Plums, lemons and measurement

In recent weeks, a flurry of reports on the performance of impact investments has been posted to my inbox.  Following years of debate, we are finally moving from talk to deals – and from deals to exits — now we are seeing the first analyses of results.

All three recent reports should be commended for their honesty and effort.  With such data and the analysis that has accompanied each report, the work of impact investors has become a little easier.

The first report was entitled The Social Investment Market Through a Data Lens, which was produced for the Social Investment Research Council by EngagedX (an index for impact investments), which sought to consistently measure impact investment performance.  The report is a brave and ambitious attempt to combine into a common framework the results of different investors such as CAF Venturesome, Key Fund and the Social Investment Business. 426 investments had matured and could therefore have their performance measured; the report found that overall impact investors had made a loss of around 9%, while 10% of all these investments were totally written off.

There is an element of mixing apples and pears, as the objectives and approaches of these funds differ. Some of the individual investments made were more impact-orientated, and others less so – these are combined without accounting for this.  There is also nothing which takes time into account as a factor.  For example, if the average investment were held for five years, the average annual loss is only 1.9%; the report does not tell us much about the term over which these investments lost 9.2%, so we cannot make the calculations.  Additionally, the costs of managing the funds were ignored.  Finally, an old venture capitalist adage is that “lemons ripen faster than plums”, so perhaps the investments which had not yet matured will reduce the 9.2% negative figure (or improve the results).

It was a shame more funds did not participate.  Two pioneers, Esmee Fairbairn and Bridges Ventures have spoken informally about their returns, but to my knowledge, have not made such data publicly available. It would be particularly useful to see Bridges’ data; it is by far the sector leader, and its funds target market returns. I suspect the average returns in the study would have increased sharply; so we see that the mix of funds has an excessive impact on the average.  Despite this, it was an excellent first attempt at a tricky subject.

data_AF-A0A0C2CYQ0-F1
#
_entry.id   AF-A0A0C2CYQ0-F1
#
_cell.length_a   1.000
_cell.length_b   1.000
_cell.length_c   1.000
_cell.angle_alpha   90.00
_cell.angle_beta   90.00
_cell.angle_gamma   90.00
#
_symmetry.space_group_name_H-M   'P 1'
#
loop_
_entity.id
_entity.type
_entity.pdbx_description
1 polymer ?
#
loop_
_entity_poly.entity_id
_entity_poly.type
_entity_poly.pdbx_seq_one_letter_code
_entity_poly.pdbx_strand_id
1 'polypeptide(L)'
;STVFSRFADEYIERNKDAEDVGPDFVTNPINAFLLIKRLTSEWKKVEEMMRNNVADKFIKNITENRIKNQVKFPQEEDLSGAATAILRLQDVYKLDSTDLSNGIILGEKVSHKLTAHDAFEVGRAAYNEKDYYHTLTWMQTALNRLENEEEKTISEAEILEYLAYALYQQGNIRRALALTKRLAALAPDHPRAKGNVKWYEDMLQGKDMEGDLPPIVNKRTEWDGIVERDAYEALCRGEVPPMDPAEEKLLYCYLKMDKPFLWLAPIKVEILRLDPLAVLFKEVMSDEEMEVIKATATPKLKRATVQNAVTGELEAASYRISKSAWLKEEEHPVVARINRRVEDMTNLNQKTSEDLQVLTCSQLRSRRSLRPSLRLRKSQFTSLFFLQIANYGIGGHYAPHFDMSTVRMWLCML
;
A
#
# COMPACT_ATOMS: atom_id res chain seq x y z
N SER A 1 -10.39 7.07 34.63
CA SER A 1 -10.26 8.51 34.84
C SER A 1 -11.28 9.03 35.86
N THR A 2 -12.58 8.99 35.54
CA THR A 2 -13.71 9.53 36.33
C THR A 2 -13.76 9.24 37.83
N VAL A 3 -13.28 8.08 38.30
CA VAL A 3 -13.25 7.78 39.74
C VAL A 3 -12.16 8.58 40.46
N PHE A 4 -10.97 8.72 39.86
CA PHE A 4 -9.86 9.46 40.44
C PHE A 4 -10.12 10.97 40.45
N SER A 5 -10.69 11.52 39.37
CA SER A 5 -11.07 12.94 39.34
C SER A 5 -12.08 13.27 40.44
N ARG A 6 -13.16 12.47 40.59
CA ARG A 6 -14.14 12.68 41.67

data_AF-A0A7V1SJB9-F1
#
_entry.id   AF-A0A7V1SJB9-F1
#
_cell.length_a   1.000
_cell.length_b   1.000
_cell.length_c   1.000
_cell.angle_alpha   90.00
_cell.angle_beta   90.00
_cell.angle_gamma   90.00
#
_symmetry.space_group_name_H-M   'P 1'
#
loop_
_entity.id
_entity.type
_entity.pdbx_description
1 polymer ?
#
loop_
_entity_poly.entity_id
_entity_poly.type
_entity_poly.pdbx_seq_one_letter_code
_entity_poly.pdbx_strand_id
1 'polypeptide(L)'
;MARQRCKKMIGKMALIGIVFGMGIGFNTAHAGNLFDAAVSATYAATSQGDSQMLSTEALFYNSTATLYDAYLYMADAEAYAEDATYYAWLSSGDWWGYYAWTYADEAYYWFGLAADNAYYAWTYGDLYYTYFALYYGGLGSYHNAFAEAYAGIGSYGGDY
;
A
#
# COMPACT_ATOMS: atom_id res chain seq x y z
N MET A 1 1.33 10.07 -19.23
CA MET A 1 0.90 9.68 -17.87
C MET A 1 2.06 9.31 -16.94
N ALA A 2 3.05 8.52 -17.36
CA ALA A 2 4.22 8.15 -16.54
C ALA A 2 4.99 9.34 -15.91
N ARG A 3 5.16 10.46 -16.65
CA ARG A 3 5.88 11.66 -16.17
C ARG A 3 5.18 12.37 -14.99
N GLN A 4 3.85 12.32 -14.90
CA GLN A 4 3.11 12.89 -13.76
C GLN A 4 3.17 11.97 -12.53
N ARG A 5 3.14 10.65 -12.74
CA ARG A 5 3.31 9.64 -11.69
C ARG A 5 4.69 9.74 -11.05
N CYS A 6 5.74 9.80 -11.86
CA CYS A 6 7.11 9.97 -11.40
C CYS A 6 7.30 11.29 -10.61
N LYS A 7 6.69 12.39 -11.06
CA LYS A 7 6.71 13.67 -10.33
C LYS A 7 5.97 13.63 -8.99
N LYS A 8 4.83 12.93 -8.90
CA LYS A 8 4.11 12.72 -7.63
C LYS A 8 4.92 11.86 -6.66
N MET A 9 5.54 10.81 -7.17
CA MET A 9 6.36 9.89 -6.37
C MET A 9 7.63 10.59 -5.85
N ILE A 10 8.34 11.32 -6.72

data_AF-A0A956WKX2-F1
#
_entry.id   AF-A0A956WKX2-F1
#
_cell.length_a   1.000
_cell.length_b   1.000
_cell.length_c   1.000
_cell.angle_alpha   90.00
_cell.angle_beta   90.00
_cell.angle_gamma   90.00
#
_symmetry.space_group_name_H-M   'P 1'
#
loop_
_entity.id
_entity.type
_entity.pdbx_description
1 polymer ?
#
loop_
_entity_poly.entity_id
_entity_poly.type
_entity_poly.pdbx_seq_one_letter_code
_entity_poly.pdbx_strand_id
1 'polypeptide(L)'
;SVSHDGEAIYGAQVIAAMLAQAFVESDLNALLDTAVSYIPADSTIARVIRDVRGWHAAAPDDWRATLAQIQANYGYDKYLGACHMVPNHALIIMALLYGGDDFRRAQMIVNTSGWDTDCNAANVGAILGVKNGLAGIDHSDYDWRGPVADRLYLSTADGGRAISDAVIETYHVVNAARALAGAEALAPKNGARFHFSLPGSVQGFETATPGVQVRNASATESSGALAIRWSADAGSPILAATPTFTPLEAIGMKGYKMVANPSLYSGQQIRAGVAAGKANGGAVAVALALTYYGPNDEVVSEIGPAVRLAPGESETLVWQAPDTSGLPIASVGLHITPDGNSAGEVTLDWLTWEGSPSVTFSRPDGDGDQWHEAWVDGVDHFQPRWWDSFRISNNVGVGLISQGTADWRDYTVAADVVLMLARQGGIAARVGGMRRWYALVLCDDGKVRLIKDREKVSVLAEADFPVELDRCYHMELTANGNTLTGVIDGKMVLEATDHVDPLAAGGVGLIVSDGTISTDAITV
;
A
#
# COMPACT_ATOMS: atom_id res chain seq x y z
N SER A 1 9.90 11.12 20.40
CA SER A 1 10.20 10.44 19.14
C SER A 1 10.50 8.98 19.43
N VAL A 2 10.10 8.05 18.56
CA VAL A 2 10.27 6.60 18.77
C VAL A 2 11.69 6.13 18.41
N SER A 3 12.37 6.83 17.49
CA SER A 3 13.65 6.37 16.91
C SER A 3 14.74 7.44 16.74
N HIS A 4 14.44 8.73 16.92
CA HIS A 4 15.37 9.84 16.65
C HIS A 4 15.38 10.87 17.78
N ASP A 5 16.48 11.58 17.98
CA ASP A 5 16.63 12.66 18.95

The second report was called Introducing the Impact of Investment Benchmark and was published by Cambridge Associates and the Global Impact Investing Network.  It concluded that 51 impact investment funds (IIFs) performed at nearly the same level (6.9% internal rate of return vs. 8.1%) as 705 comparable non-impact funds.  The report is excellent and the key points are easy to discern.  Most critically, more than half of the IIFs sampled were African and a third from the US – again, what is in the “fruit basket” can have enormous influence.  Interestingly, first-time funds performed well.

The third report, A Tale of Two Funds: The management and performance of the Futurebuilders-England Fund, is a detailed analysis of Futurebuilders, a fund that provided £145m of loan finance to third sector organisations.  The report is primarily intended to answer the question of how the fund performed and whether this changed in its two phases.  The document is very well written and highly transparent.

For all these reports, and for future ones, the lack of performance data relating to social impact makes sensible comparisons more challenging.  This should also be integrated in the future – as should data on risk. I believe that impact investment funds are lower risk than mainstream funds and that correlation to markets is quite low, and would love to know if this is correct.

On the whole, more impact investment funds need to participate in such exercises.  This is especially true for IIF managers like Bridges, Cheyne Capital and LGTVP, which have higher performance targets than those in the EngagedX study.  We might then all feel better about the outcome of the reports.

First published in Third Sector in